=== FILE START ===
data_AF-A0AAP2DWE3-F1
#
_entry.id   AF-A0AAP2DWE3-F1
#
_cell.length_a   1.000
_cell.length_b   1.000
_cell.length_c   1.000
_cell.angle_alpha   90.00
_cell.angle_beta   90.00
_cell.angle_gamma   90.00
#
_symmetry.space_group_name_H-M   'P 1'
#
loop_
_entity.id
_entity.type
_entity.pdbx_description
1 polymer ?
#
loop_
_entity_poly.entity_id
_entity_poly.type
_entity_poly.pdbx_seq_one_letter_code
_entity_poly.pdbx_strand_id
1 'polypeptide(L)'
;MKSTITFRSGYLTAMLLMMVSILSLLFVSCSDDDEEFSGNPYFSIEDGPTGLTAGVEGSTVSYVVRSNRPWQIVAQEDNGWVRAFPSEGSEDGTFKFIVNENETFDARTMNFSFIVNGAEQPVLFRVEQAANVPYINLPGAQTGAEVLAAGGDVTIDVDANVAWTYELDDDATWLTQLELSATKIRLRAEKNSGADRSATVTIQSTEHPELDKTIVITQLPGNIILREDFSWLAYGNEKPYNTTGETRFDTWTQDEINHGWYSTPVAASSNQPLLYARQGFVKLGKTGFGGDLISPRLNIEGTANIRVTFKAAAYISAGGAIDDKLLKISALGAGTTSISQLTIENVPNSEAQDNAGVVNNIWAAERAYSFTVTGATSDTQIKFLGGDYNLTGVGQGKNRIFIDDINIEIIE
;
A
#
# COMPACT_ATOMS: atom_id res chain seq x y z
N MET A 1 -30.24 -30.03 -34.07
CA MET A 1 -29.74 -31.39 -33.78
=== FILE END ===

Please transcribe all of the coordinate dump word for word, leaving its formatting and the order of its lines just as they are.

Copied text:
data_AF-A0AAP2DWE3-F1
#
_entry.id   AF-A0AAP2DWE3-F1
#
_cell.length_a   1.000
_cell.length_b   1.000
_cell.length_c   1.000
_cell.angle_alpha   90.00
_cell.angle_beta   90.00
_cell.angle_gamma   90.00
#
_symmetry.space_group_name_H-M   'P 1'
#
loop_
_entity.id
_entity.type
_entity.pdbx_description
1 polymer ?
#
loop_
_entity_poly.entity_id
_entity_poly.type
_entity_poly.pdbx_seq_one_letter_code
_entity_poly.pdbx_strand_id
1 'polypeptide(L)'
;MKSTITFRSGYLTAMLLMMVSILSLLFVSCSDDDEEFSGNPYFSIEDGPTGLTAGVEGSTVSYVVRSNRPWQIVAQEDNGWVRAFPSEGSEDGTFKFIVNENETFDARTMNFSFIVNGAEQPVLFRVEQAANVPYINLPGAQTGAEVLAAGGDVTIDVDANVAWTYELDDDATWLTQLELSATKIRLRAEKNSGADRSATVTIQSTEHPELDKTIVITQLPGNIILREDFSWLAYGNEKPYNTTGETRFDTWTQDEINHGWYSTPVAASSNQPLLYARQGFVKLGKTGFGGDLISPRLNIEGTANIRVTFKAAAYISAGGAIDDKLLKISALGAGTTSISQLTIENVPNSEAQDNAGVVNNIWAAERAYSFTVTGATSDTQIKFLGGDYNLTGVGQGKNRIFIDDINIEIIE
;
A
#
# COMPACT_ATOMS: atom_id res chain seq x y z
N MET A 1 -30.24 -30.03 -34.07
CA MET A 1 -29.74 -31.39 -33.78